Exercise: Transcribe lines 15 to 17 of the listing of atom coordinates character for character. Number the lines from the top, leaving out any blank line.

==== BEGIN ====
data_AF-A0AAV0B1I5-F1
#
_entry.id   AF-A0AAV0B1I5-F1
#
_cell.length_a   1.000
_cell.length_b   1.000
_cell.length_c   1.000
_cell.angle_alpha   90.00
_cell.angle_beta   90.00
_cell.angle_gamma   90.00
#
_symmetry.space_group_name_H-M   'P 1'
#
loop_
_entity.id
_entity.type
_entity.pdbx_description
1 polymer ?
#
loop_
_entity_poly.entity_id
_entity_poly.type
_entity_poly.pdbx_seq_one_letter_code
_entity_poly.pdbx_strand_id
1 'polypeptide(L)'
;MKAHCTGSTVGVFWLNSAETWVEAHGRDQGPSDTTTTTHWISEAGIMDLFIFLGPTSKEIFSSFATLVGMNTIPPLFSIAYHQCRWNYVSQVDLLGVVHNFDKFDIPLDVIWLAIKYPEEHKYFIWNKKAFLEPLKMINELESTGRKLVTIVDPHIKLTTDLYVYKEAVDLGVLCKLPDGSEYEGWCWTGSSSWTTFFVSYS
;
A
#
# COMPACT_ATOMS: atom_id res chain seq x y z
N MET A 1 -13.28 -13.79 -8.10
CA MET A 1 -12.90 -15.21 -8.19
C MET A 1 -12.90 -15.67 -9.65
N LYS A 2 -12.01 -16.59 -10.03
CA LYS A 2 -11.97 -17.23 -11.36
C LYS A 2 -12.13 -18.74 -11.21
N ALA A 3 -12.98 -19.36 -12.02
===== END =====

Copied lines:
_entity.id
_entity.type
_entity.pdbx_description